European maps on social issues - Page 6 - TennisForum.com
 83Likes
Reply
 
LinkBack Thread Tools
post #76 of 271 (permalink) Old Nov 26th, 2018, 04:39 PM
Senior Member
 
JaySix's Avatar
 
Join Date: Jan 2016
Posts: 2,813
                     
Re: European maps on social issues

Quote:
Originally Posted by LewisCarroll View Post
I've always heard that, but my personal experience in Paris with the natives was pretty good. They were always nice and helpful. It's believed that if you at least try to scratch some French, they will be nice, but if you already start speaking in English as if expecting them to know, they won't be. I speak absolutely nothing of French, but I learned a few sentences (basically: ou est la and je voudrais) and always started talking to people in French, so maybe it was because of that. Also lots of people there simply don't speak English, it's bizarre for such a rich country.
That's strange. All the French people I met in Brazil spoke English and were reluctant to speaking Portuguese

In this video they probably just ignored him, because he is a 60 yo man with a skirt and make-up. Transphobes!
This video is actually hilarious though. The way he curses at those people is proper Finnish humor.

WTA players that have brought me the most joy: Belinda Bencic Martina Hingis Serena Williams Naochi Aļona Ostapenko Дарья Касаткина Lucie Šafářová

Un giorno capiremo chi siamo
senza dire niente
e sembrerà normale
JaySix is offline  
Sponsored Links
Advertisement
 
post #77 of 271 (permalink) Old Nov 26th, 2018, 05:37 PM
-LIFETIME MEMBER-
 
Hugues Daniel's Avatar
 
Join Date: May 2013
Location: Manosque
Posts: 34,488
                     
Re: European maps on social issues

Quote:
Originally Posted by Petronius View Post
I've obviously heard about "gilets jaunes" it's all over the news.

By coincidence, I actually once participated in a demonstration in Paris when I visited the city in 1990s.

More than half a million people were then marching in the streets, protesting against some education reform. I think the then minister was called François Bayrou.

It looked like a big and peaceful happening though, with people eating & drinking and carrying some banners, no violence at all
The French likes to protest. Even too systematically in my opinion. Each president is the new scapegoat. Macron tries to stay focus but he must be careful. The specificity of these new protests ("gilets jaunes") is that there's no leader, no syndicate, it's just people organizing themselves, and half of them aren't even used to demonstrations. That's why it's serious.

Who cares of hypertrophic weapons when the player on the court moves like music?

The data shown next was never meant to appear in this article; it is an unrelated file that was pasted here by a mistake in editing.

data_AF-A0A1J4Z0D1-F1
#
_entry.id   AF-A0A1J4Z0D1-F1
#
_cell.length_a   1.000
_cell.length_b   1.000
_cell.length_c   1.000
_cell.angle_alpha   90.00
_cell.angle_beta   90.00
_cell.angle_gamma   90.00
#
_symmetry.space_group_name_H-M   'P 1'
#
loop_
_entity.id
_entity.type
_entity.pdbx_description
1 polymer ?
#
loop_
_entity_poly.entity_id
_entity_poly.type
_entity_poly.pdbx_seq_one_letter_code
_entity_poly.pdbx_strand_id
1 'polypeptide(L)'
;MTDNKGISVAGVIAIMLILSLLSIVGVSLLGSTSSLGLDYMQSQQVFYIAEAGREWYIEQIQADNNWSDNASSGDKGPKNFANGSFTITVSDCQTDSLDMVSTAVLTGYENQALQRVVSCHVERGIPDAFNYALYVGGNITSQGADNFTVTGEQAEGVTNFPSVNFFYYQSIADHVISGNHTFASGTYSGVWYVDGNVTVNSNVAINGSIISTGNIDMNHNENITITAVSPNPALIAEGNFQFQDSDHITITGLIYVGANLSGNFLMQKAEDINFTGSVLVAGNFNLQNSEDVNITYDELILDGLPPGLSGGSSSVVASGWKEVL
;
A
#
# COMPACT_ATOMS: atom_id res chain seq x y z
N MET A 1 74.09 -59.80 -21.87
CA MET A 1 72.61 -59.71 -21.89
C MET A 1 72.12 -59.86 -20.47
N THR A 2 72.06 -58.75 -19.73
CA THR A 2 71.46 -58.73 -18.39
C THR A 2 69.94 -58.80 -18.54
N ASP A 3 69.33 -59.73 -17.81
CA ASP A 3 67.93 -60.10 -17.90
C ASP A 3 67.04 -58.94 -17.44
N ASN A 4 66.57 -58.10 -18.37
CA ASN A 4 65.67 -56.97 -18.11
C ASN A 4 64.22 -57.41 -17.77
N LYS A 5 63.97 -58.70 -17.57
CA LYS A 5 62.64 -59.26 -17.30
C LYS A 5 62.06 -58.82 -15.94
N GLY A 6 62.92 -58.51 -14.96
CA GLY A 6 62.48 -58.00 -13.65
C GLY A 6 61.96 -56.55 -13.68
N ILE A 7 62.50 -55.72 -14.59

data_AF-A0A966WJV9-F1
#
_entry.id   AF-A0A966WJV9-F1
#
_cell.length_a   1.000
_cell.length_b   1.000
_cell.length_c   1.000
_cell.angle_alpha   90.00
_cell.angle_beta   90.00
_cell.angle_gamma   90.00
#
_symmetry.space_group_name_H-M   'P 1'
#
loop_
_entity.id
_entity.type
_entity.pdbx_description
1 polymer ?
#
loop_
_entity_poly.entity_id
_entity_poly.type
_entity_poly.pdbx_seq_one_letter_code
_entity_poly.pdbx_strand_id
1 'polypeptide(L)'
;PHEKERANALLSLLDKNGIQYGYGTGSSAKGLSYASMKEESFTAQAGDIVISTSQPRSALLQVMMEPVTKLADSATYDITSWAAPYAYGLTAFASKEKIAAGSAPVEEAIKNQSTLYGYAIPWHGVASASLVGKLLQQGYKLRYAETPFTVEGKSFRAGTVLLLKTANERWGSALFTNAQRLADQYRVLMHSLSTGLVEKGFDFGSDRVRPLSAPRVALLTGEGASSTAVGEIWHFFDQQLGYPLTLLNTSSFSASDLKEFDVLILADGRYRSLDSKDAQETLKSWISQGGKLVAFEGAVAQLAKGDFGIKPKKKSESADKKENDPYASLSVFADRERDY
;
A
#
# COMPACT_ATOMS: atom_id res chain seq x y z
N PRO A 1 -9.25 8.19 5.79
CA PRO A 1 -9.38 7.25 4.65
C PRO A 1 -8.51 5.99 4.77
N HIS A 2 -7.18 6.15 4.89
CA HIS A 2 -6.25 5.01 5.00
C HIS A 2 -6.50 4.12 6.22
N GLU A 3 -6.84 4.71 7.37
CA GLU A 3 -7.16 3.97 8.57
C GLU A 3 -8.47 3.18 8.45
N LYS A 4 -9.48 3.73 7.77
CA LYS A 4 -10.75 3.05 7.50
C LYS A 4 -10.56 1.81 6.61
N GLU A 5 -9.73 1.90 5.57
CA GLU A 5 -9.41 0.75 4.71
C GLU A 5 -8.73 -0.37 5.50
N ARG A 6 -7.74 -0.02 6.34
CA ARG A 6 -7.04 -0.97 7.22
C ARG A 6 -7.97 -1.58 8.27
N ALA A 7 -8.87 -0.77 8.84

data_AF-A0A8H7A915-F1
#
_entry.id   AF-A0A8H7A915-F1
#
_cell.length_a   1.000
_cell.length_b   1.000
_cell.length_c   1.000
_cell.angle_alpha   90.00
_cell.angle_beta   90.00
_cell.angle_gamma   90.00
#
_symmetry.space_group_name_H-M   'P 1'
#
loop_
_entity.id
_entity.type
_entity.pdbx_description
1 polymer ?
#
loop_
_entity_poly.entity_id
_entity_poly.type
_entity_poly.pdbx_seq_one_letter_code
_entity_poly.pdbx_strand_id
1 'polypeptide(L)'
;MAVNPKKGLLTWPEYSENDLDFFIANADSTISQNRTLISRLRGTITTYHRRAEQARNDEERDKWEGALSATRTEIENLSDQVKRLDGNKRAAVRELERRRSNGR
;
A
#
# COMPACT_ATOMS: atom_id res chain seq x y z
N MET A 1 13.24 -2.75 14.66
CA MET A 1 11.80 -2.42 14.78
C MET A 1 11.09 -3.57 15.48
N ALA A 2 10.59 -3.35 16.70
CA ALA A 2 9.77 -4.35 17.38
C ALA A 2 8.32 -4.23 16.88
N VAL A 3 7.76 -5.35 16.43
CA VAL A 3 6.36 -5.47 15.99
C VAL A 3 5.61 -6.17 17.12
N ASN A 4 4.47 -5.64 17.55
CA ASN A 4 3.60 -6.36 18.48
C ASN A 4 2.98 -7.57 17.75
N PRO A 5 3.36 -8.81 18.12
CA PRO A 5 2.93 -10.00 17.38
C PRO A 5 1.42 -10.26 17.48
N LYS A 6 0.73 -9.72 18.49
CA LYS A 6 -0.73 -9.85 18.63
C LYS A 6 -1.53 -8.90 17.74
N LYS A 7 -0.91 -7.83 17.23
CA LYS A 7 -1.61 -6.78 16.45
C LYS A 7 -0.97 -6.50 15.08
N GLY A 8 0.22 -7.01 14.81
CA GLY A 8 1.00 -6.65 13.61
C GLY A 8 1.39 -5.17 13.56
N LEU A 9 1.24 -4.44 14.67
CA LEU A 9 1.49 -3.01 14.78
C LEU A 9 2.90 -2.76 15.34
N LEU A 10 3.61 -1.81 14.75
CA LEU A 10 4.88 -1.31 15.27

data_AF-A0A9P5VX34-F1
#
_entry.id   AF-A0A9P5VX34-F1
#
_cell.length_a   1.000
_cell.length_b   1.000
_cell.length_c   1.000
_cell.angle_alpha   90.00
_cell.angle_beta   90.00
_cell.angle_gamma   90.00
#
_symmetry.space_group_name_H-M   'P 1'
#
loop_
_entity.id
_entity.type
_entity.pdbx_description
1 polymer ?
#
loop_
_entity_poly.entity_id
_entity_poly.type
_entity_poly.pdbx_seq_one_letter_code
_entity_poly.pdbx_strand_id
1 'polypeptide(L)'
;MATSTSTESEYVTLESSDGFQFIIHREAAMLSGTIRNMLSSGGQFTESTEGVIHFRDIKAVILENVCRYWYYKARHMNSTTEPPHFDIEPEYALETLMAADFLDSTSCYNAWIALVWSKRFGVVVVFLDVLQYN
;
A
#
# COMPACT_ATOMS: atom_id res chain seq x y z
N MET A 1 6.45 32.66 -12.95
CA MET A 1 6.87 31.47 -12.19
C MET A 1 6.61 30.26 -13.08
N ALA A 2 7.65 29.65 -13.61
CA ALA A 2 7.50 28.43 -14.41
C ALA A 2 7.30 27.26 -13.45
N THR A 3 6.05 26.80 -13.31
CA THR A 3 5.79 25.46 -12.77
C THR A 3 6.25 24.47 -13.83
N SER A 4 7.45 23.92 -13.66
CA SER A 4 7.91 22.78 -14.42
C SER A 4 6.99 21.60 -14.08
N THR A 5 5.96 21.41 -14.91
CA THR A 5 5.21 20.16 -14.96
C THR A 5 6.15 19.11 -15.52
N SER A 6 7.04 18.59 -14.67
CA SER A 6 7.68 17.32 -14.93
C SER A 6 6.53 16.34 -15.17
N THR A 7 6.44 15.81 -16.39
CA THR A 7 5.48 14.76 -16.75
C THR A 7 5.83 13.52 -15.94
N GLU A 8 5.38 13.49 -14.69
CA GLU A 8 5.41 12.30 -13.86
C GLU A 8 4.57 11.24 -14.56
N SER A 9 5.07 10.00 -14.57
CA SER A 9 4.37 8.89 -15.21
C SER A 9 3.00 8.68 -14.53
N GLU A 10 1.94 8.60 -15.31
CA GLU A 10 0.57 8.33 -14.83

Hugues Daniel is offline  
post #78 of 271 (permalink) Old Nov 26th, 2018, 05:42 PM
-LIFETIME MEMBER-
 
Hugues Daniel's Avatar
 
Join Date: May 2013
Location: Manosque
Posts: 34,488
                     
Re: European maps on social issues

Quote:
Originally Posted by LewisCarroll View Post
I've always heard that, but my personal experience in Paris with the natives was pretty good. They were always nice and helpful. It's believed that if you at least try to scratch some French, they will be nice, but if you already start speaking in English as if expecting them to know, they won't be. I speak absolutely nothing of French, but I learned a few sentences (basically: ou est la and je voudrais) and always started talking to people in French, so maybe it was because of that. Also lots of people there simply don't speak English, it's bizarre for such a rich country.
Open each of your question with "bonjour" (or "bonsoir" if it's past 6 PM) and it will be fine.

Who cares of hypertrophic weapons when the player on the court moves like music?
Hugues Daniel is offline  
post #79 of 271 (permalink) Old Nov 26th, 2018, 07:06 PM
Senior Member
 
LewisCarroll's Avatar
 
Join Date: Jun 2017
Posts: 2,521
                     
Re: European maps on social issues

Quote:
Originally Posted by Hugues Daniel View Post
Open each of your question with "bonjour" (or "bonsoir" if it's past 6 PM) and it will be fine.
That's right.

Quote:
Originally Posted by JaySix View Post
That's strange. All the French people I met in Brazil spoke English and were reluctant to speaking Portuguese

In this video they probably just ignored him, because he is a 60 yo man with a skirt and make-up. Transphobes!
This video is actually hilarious though. The way he curses at those people is proper Finnish humor.
He was also speaking Finnish, which, no offense, is a specially weird and bizarre language. Seriously, what the hell is that?

Anyway, if you met French people outside of France, odds are that they probably speak English as they are travelling. But French in France is another story. What was surprising to me was how much young people or some people who had to deal with foreigners (like a border patrol officer or attendants at a museum) couldn't speak a word of English. Also, it's the only country I have ever been where whites in general have a much worse English than the others.